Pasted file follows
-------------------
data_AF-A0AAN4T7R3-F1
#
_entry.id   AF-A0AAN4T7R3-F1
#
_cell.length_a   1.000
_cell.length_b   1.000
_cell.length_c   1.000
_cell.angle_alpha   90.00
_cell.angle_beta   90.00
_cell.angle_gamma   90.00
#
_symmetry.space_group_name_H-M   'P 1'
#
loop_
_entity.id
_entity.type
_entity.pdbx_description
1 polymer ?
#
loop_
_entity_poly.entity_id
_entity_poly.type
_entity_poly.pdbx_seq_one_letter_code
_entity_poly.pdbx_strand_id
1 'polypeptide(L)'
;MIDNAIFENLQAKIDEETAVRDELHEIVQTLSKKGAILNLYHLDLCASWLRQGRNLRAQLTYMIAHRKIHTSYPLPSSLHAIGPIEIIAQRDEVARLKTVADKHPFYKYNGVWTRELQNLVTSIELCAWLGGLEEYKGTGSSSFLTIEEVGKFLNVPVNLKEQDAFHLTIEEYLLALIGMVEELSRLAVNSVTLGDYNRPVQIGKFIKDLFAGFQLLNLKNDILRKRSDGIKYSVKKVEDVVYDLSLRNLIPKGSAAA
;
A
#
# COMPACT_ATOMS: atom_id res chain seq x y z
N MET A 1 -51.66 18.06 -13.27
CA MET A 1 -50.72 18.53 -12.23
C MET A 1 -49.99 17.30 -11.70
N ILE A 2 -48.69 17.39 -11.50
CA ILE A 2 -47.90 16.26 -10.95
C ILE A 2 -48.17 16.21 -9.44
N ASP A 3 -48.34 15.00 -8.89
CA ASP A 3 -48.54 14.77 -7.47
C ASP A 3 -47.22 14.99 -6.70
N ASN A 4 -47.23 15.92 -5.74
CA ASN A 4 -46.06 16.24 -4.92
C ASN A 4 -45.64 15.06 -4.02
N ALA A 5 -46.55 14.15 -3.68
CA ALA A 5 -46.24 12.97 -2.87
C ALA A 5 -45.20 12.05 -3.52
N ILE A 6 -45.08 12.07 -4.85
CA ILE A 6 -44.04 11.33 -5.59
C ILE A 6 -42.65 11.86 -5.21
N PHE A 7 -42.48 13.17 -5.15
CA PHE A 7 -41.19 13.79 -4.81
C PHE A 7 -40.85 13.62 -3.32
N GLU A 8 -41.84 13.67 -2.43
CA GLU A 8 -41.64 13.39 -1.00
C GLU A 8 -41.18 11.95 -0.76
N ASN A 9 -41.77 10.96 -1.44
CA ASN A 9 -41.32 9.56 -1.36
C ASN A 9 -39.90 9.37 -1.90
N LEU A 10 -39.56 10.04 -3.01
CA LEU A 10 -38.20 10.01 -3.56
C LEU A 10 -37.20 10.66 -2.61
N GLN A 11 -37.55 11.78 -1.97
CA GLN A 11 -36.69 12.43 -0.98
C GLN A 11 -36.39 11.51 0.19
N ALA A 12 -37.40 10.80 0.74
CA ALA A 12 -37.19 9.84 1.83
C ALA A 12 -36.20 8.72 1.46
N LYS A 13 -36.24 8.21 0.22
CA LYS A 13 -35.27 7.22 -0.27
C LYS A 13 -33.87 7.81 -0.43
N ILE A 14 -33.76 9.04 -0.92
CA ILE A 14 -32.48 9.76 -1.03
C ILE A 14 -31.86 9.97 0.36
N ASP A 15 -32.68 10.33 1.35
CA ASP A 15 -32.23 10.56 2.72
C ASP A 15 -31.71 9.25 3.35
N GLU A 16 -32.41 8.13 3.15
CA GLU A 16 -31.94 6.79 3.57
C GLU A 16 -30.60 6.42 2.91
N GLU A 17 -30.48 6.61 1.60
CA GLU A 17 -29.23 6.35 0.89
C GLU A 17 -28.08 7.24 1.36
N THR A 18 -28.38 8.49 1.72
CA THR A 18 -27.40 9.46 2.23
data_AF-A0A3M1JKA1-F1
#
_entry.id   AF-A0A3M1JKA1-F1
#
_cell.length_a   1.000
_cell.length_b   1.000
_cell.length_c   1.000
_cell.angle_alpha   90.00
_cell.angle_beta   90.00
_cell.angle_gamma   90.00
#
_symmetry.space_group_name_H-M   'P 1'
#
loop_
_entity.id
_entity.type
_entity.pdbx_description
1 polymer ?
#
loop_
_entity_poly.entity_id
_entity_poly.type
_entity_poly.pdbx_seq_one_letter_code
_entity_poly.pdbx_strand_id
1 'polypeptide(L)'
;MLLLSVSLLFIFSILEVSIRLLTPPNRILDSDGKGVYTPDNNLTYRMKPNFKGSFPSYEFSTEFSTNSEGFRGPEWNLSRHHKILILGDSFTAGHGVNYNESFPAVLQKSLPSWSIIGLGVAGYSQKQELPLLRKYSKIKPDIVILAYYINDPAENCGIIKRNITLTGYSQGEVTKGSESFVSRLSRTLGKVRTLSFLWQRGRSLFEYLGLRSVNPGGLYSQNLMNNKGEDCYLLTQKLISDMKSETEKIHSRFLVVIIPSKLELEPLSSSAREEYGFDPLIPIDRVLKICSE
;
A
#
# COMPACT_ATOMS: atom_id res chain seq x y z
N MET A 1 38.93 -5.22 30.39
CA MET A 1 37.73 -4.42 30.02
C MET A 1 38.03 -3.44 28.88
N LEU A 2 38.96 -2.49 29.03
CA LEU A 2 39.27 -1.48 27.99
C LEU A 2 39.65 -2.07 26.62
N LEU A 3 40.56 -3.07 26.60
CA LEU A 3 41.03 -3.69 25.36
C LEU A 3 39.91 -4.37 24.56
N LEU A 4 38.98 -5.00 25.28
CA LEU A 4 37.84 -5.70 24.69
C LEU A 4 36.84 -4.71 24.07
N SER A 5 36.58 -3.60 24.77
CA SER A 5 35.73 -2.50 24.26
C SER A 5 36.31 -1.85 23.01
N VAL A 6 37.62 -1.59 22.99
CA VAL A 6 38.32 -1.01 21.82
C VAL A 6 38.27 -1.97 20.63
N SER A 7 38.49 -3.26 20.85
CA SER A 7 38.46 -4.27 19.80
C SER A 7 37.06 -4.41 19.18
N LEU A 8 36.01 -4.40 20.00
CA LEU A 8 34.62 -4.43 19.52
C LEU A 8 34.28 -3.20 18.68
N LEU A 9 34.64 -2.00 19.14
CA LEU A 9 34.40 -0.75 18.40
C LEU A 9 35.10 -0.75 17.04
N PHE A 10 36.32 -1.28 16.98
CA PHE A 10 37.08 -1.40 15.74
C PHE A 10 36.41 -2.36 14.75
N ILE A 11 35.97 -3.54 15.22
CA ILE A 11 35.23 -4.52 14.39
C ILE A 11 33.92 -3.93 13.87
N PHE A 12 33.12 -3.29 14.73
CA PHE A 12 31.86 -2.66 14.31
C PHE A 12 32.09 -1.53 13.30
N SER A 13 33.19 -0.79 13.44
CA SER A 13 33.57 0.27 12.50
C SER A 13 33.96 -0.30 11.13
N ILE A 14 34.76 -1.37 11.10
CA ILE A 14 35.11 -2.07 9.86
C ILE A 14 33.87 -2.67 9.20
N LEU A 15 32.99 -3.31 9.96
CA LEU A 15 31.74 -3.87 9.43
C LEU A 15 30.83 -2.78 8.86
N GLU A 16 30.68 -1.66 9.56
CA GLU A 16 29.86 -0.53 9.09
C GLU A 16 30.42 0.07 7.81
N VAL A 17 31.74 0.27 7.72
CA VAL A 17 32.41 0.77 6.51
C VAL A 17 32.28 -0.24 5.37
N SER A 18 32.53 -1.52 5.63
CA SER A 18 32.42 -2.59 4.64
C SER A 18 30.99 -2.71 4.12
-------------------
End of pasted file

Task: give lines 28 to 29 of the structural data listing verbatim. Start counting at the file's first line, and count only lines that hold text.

A
#